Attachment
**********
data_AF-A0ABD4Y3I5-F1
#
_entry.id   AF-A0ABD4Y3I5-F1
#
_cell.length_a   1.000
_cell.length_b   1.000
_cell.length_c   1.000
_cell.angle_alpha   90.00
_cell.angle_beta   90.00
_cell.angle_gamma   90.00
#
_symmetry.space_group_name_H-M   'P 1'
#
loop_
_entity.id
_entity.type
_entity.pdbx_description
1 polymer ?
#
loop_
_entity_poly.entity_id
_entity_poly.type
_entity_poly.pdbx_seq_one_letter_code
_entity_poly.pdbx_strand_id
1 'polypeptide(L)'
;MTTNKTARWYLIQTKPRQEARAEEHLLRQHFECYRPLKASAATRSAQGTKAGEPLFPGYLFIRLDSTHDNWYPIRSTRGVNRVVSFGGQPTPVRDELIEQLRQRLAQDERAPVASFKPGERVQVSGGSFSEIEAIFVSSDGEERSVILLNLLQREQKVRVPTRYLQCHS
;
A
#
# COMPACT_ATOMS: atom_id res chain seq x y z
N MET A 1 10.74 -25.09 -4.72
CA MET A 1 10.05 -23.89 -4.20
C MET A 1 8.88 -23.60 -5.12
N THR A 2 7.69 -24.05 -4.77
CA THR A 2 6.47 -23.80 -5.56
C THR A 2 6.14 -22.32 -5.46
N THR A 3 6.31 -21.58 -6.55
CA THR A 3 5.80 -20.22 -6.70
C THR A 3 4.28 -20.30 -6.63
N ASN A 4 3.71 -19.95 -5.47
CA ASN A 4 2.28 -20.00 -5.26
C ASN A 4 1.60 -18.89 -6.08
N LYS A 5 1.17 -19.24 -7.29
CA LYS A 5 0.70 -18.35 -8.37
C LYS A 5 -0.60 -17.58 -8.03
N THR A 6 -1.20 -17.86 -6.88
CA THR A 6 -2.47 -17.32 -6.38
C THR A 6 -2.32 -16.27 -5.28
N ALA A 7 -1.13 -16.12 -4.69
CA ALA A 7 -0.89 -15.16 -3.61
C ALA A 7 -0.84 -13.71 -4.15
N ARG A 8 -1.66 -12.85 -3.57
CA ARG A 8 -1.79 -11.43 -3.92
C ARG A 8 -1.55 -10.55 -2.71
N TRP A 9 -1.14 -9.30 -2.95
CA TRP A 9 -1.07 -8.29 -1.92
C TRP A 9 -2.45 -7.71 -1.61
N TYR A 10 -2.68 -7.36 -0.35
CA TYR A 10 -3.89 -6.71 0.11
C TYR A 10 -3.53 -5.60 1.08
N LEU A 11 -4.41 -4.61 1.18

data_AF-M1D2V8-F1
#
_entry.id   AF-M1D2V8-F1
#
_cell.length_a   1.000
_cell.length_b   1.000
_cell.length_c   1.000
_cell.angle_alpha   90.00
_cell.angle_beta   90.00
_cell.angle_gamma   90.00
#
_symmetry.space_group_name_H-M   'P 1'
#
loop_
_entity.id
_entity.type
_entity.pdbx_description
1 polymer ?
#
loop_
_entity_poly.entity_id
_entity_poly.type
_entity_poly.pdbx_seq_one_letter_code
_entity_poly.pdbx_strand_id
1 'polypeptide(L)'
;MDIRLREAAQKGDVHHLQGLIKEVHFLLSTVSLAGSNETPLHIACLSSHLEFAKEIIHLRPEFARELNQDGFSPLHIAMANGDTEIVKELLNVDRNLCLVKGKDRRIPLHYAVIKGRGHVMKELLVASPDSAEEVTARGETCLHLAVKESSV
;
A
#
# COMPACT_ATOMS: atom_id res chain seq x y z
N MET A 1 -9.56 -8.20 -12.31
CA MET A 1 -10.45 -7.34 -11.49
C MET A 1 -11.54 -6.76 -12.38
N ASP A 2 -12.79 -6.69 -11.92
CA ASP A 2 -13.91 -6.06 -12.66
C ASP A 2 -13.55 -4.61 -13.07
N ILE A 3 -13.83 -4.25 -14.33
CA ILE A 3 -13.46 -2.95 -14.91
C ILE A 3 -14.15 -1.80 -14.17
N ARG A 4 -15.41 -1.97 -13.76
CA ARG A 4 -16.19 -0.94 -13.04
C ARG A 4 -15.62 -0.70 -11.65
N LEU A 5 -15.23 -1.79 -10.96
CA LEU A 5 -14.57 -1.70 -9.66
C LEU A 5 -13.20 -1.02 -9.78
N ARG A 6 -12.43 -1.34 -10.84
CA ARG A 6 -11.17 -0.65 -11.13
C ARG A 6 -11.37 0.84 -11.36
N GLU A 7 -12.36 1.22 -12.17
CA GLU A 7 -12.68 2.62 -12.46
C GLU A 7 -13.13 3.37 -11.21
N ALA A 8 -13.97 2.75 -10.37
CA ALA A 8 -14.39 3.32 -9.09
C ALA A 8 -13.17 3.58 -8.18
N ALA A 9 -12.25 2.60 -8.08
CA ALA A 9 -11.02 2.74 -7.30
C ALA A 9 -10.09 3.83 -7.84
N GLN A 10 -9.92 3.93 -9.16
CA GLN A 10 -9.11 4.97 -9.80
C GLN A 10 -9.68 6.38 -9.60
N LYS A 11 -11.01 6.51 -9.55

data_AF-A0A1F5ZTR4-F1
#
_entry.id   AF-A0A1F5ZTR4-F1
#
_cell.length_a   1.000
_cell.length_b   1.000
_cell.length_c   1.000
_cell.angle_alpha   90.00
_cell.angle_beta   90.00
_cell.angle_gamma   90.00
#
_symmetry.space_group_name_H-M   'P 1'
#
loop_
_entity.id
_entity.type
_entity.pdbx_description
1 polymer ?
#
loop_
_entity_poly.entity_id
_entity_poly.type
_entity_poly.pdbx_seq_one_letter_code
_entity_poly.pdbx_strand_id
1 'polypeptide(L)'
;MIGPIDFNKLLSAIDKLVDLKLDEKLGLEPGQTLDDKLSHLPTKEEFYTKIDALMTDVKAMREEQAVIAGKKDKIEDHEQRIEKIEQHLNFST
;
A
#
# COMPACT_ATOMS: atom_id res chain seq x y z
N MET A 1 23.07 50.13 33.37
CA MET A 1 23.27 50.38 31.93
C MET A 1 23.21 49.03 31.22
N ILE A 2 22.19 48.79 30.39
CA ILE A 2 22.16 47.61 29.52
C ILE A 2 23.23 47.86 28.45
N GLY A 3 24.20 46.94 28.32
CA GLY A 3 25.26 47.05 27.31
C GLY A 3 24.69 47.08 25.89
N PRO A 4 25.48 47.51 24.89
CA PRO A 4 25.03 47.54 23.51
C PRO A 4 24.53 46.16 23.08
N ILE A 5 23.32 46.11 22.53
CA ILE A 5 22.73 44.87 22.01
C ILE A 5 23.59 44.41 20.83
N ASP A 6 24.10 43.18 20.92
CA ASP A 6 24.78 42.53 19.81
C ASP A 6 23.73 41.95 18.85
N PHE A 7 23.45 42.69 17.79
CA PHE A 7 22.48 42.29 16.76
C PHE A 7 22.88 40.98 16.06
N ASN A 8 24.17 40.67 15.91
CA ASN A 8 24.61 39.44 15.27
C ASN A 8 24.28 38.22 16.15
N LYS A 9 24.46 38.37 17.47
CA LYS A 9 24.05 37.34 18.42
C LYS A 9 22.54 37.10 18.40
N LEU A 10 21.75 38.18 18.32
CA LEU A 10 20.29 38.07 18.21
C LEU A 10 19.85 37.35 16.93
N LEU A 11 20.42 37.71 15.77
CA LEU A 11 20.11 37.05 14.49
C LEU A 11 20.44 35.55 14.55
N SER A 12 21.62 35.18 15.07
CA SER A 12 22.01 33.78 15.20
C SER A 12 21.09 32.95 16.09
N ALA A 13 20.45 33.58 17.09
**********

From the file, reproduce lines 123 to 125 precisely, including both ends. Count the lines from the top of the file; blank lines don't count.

data_AF-A0A1F5ZTR4-F1
#
_entry.id   AF-A0A1F5ZTR4-F1